Soviets crack down on Christians who campaign for human rights

They are young Russians in Moscow and Leningrad. They identify with young Americans. And they are among dozens of Russians arrested or imprisoned recently to be a new Soviet crackdown on religious and human rights activists.

"We identify with your freedom, humanity, honesty, and love for the earth," reads a new open letter to young Americans from the Christian Seminar or Problems of the Religious Renaissance, an organization of young Russian intellectuals.

"We feel your influence around us. . . . We wear your clothes, play your music. . . . Thanks to your example, hundreds of young people in our country are breaking free from . . . totalitarian ideological coercion. . . . In the spiritual struggles of modern humanity we both have assumed the most dangerous and thankless task, namely to be . . . pioneers of a new world. . . ."

For meeting to discuss questions of religion, nearly all of the seminar's 36 Christian members have been harassed, beaten, or imprisoned since 1978. Its last remaining free leader, Lev Regelson, was arrested recently, reports Keston College, the Center for the Study of Religion and Communism, in Kent, England.

In the light of these and other tough, new crackdowns, Amnesty International announced Jan. 15 the heightening of its own Soviet rights monitoring campaign.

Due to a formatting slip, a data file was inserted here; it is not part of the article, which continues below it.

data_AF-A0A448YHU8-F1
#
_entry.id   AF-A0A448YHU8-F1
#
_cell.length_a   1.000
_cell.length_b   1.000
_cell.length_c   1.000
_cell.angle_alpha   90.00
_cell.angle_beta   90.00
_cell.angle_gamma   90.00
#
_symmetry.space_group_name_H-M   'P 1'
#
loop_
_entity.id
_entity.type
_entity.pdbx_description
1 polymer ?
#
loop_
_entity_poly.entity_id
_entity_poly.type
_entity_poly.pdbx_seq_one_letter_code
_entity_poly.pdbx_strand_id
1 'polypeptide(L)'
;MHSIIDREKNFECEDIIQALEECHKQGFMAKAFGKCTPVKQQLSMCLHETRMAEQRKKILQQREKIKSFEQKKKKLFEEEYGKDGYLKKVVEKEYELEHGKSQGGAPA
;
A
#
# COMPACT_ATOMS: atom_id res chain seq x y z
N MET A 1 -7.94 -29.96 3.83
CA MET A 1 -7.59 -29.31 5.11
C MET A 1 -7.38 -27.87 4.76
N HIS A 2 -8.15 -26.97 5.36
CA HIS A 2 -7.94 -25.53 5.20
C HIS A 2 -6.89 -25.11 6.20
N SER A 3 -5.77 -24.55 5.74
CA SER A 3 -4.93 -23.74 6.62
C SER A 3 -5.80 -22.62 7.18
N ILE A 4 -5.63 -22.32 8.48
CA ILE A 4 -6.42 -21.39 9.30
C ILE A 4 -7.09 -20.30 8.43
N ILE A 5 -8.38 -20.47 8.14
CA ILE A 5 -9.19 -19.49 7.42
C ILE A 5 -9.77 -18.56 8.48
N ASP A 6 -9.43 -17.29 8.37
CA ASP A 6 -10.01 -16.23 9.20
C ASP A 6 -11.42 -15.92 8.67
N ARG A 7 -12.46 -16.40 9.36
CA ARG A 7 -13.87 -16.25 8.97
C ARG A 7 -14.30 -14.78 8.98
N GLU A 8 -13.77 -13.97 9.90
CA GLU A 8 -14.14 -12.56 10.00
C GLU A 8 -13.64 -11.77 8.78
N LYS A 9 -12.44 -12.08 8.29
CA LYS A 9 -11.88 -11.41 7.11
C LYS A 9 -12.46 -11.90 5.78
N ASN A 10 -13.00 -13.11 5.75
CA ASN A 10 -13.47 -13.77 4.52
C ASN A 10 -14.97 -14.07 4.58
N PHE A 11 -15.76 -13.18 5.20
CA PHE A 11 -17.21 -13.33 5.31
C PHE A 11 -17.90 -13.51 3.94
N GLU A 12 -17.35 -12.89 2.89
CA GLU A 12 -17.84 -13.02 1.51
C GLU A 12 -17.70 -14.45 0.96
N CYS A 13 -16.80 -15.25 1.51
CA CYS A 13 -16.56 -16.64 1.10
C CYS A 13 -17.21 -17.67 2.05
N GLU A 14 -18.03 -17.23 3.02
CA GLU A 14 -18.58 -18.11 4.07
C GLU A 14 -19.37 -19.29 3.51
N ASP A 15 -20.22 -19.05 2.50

The London-based rights monitoring network claims that more than 40 key Soviet activists were arrested or sentenced harshly in the past three months for nonviolent exercise of human rights.

The diversity of arrests and sentencing reveals the scope of this crackdown -- arrest of the prominent rights campaigner of the Helsinki rights monitoring group in Moscow, Tatyana Velikanova; arrest of the founder of the Moscow Christian Committee for the Defense of Believers' Rights, Orthodox clergyan Gleb Yakunin; sentencing the Ukarainian writer Yuri Badzyo to 12 years for "anti-Soviet agitation and propaganda"; sentencing of Baptists Ivan Kirilijuk and Vyacheslav Zayats to 12 and 10 years, Respectively, for what Amnesty calls "criminal charges ostensibly unrelated to their religious activity"; confinement of Anatoly Poznyakov, a member of an independent trade union, to a special psychiatric hospital; the arrest of Reshat Dzhemilev, a Crimean Tartar-rights activist.

Keston College attributes the clampdown on Soviet Christians partly to a lapse of Western attention to them due to the Iran crisis.

To encourage release of prisoners of conscience, Amnesty addressed an open letter to Soviet President Leonid Brzhnev in October emphasizing international concern over human rights violations in the USSR.So far the result has been a heightened countrywide crackdown.

Since the letter, the Soviet government decreed an amnesty to mark the International Year of the Child. But no political prisoners are known to have been released under it.

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